Collingwood AFL captain Scott Pendlebury's Elwood house just sold for $6.5 million, but it wasn't easy.  Here's how it was done.

Collingwood AFL captain Scott Pendlebury’s Elwood house just sold for $6.5 million, but it wasn’t easy. Here’s how it was done.

Was it overpriced? Nope.

What did you think it would go for? I can’t comment on the sale price. I thought it would go for about $6 million.

What was surprising about it?

When you’re keeping things as private as possible, sometimes you wonder whether you are finding absolutely everyone you need to engage with.

Alex and Scott Pendlebury and their children celebrate his 350th Collingwood game during the round 18 AFL match between the Adelaide Crows and the Collingwood Magpies last month. Getty

You’re focusing on a very specific group of people who happen to be active at the time and you hope that those are the best possible people for the house. You’re trying to create maximum competition with very few people. That was quite tricky.

We didn’t use a large “hero” shot from the front of the house. They didn’t particularly want everyone knowing what it looked like from the street for privacy purposes.

Long time, slow market: the four-bedroom, four-bathroom house with studio above a double garage sold after seven weeks on market for $6.5 million.

Initially, we did try to keep things private. We tried to keep the address private. We would only bring a handful of people through.

We brought in a couple of agents who are local and good operators. We wanted to suss out if they had clients who might be interested as we could try to create competition that way.

You can’t give the market a sniff you’re trying to move it urgently, particularly if you come to the end of a campaign.

Agent Joel Fredman

The numbers were pretty low. There aren’t that many people who have $6 million-plus to spend in Elwood. We always kept the viewings private, but we did step up the marketing process to make sure we were finding new people.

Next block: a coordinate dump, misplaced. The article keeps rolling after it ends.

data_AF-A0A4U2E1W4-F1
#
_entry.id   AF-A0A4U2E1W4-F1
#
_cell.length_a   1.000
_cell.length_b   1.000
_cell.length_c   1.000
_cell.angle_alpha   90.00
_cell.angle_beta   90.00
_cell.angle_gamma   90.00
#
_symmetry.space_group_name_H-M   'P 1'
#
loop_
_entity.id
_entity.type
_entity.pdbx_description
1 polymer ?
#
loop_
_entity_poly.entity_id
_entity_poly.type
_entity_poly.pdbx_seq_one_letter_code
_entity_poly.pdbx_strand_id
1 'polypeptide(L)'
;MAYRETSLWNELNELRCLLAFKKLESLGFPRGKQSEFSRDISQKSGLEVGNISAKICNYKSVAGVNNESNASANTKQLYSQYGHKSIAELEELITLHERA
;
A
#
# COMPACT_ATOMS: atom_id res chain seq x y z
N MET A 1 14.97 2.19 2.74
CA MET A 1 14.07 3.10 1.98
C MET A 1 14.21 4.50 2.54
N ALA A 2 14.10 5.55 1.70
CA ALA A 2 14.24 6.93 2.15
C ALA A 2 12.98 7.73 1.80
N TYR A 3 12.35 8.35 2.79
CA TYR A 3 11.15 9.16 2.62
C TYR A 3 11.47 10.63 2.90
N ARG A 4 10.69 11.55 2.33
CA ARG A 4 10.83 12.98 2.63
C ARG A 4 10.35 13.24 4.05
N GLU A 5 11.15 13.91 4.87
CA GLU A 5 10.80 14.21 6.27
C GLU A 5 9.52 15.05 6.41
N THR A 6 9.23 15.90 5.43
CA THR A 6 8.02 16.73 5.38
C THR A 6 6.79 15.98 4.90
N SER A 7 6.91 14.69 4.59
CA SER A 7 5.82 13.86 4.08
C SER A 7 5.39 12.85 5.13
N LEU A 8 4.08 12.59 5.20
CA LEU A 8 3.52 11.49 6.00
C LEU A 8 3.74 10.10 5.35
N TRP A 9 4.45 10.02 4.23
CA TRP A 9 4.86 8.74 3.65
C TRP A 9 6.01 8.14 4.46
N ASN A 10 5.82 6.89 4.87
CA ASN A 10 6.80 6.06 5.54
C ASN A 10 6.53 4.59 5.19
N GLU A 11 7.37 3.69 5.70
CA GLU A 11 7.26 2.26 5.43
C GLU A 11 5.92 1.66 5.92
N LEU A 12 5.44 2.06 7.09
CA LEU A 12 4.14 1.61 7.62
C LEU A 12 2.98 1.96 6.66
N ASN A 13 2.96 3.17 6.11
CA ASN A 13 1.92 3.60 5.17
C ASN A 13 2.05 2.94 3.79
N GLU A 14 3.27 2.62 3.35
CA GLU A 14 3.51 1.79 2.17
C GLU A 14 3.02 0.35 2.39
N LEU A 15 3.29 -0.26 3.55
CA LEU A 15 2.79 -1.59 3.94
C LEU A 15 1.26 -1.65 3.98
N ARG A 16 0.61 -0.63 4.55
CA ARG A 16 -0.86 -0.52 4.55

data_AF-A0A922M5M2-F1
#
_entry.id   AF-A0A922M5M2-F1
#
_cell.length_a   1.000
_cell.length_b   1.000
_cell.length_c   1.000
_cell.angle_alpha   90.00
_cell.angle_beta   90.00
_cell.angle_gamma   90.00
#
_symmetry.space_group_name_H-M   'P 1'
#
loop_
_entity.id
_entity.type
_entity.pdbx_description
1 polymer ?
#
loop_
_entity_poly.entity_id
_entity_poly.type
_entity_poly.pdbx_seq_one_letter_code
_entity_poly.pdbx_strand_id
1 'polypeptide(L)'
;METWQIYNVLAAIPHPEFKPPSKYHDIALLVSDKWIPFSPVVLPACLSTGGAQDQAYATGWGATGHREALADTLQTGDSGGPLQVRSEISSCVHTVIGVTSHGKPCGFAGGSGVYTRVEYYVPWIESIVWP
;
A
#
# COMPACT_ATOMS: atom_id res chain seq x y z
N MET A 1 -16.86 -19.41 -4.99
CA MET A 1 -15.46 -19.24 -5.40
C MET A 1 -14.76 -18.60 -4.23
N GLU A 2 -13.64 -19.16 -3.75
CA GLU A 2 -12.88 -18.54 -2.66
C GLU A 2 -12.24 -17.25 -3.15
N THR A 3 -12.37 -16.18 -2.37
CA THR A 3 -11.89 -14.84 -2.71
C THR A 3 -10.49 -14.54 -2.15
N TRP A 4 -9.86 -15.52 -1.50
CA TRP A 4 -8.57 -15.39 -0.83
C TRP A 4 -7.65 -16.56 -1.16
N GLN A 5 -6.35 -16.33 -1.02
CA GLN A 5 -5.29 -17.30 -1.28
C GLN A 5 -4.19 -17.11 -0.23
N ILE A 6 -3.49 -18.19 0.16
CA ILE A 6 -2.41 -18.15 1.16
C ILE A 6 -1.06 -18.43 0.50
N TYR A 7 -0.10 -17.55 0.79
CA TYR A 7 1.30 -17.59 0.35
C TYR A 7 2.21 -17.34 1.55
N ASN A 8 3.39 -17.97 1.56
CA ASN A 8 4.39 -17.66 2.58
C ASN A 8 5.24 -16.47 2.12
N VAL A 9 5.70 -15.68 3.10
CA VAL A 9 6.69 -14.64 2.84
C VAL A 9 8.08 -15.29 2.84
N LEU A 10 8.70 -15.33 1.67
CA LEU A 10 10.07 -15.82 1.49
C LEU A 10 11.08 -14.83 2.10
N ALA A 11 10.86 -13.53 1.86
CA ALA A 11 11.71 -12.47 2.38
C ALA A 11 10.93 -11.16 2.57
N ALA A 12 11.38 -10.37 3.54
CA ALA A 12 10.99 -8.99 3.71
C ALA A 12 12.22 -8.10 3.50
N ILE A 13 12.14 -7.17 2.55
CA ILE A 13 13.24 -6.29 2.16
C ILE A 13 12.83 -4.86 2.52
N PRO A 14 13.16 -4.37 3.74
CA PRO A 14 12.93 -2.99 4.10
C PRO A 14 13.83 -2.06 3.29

When you have an asset like this, at a unique price and not much to compare with, it’s a matter of holding your ground and waiting for buyers to reach out to you.

You try to create some urgency with the expressions of interest campaign, but if you don’t get there … you can’t give the market a sniff you’re trying to move it urgently, particularly if you come to the end of an expressions of interest campaign. We said: “We’ll wait.”

Did you have any bargain hunters?

I did have a couple of people. They were nowhere near what we were looking at. You have people who see value at a much lower level. You obviously give them the time of day, but you’re not going to give them a sniff.

When it works, it works brilliantly. When it doesn’t sell you have to have a protective process to convert it from there. We actually converted the campaign into a private sale. It was very much a matter of “wait and see who contacts us”.

Did you have to reassure your clients?

We said: “Just sit tight. We’re waiting for the right buyer.” Lo and behold, it was a couple of weeks after the EOI, we had a few new inquiries and booked them in and there we go.

But we did have to choose – do you make the decision to go with the bird in hand, when we know we’ve got the sale? Or do we keep those buyers engaged, keep them warm and see what happens? Thank God we did.

Do you reckon we’ll see another result like this: a) next week b) next year c) next cycle d) never?

d) Never. It’ll be a difficult one to replicate – I’m not sure when that will happen.